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Note to Religious Porn Addicts: You're NOT Addicted to Porn!

New study finds consistent correlation between "religiosity and moral disapproval of pornography" as "robust predictors of perceived addiction to Internet pornography"

Note to Religious Porn Addicts: You're NOT Addicted to Porn!

LOS ANGELES—From our perch, it has always seemed as if the more religious a person was, the more likely it was that they would claim to be addicted to porn, almost as if they wanted to be. Our perception was purely anecdotal, based on innumerable instances of public confession as well as myriad articles on the "problem" suffered by people of faith who felt compelled to express their desperation about an affliction they felt helpless to control. Indeed, at times it has seemed as if there was an army of religious porn addicts stalking the land like walking dead. But the allegedly vast scope of this supposed epidemic left us with a few questions, such as, "Who the fuck are they kidding?" and, 'What the hell was in that Kool-Aid?"  

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We were skeptics, to be sure, but without the research to back up our skepticism. Now, however, thanks to a new psychological study from Case Western Reserve University—whose lead author, Joshua Grubbs, is a doctoral student in psychology who "attended a conservative university as an undergraduate, became interested in the topic after observing fellow students in distress because they thought something was terribly wrong with them after watching online pornography," according to health24.com—there is research that shows a direct correlation between religiosity and perceptions of porn addiction.

The authors of the research note that it was "limited to a series of samples in the US, primarily reflecting Christian religious affiliations," and add, "As such, it is yet to be determined if our findings are generalizable to other religious and cultural settings. We also noted sporadic gender differences in our studies on key variables. It is possible that such differences, although not consistent across studies, are indicative of greater differences between men and women regarding pornography use and moral disapproval."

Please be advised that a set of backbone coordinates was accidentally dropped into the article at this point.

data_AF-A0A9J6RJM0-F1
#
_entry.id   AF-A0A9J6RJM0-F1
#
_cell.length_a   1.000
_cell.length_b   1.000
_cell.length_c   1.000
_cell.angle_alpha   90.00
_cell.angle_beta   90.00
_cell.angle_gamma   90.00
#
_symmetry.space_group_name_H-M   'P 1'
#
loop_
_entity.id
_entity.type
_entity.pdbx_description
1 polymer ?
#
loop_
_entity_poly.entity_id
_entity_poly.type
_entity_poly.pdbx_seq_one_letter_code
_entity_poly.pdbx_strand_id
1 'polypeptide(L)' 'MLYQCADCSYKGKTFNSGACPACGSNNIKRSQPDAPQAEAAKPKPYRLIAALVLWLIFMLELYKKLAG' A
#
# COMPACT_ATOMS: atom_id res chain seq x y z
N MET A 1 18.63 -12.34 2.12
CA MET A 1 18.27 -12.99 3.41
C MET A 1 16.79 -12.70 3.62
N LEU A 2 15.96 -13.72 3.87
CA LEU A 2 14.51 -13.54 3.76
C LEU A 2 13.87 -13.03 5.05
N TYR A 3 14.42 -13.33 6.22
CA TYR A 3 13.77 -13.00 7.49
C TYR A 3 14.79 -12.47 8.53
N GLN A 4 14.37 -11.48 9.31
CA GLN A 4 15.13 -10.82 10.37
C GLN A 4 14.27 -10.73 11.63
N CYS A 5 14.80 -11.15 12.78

Limitations aside, the results strongly indicate a powerful predilection in religious people—okay, Christians—to believe they are addicted to porn no matter how much porn they watch or whether it negatively impacts their lives.

"We found that the relationship between religiosity and perceived addiction to internet pornography was mediated by moral disapproval of pornography use, and religiosity demonstrated a substantial indirect effect on perceived addiction," wrote the authors. "These findings... supported our hypotheses that religiosity would be robustly and indirectly predictive of perceived addiction to internet pornography through moral disapproval of Internet pornography use."

The research conducted by Grubbs and colleagues—from Bowling Green State University, the University of North Texas and  the Mesa, Arizona public schools—was actually broken up into three different studies that "surveyed people about their strength of faith, religious practices and online viewing habits. Respondents also completed a survey to measure their perception of addiction," noted Health24.com.

"Two studies involved a general student population of men and women (with an average age of 19) from non-secular (331 participants) and religious (97 participants) higher education institutions. A third study captured the views of an online adult population of individuals 18 and older (208 participants), with an average age of 32," reported the site.

"In sum," concluded the researchers, "the present study indicated that religiosity and moral disapproval of pornography use were robust predictors of perceived addiction to Internet pornography while being unrelated to actual levels of use among pornography consumers."

While the analysis of the research represents a dry read, its findings, if they are accepted by the religious communities represented therein, should offer tremendous insight, and perhaps help, for the thousands of people who misdiagnose themselves as being addicted to pornography. More problematically, however, the study's findings regarding the role of moral disapproval as a determining factor in the perception of porn addiction indicates a conscious effort on the part of religious leaders to inculcate in their followers a negative knee-jerk reaction to viewing porn, and what better way to do that than to lead the flock to believe that any viewing is synonymous with addiction.

Titled "Transgression as Addiction: Religiosity and Moral Disapproval as Predictors of Perceived Addiction to Pornography," the research is available for purchase here.






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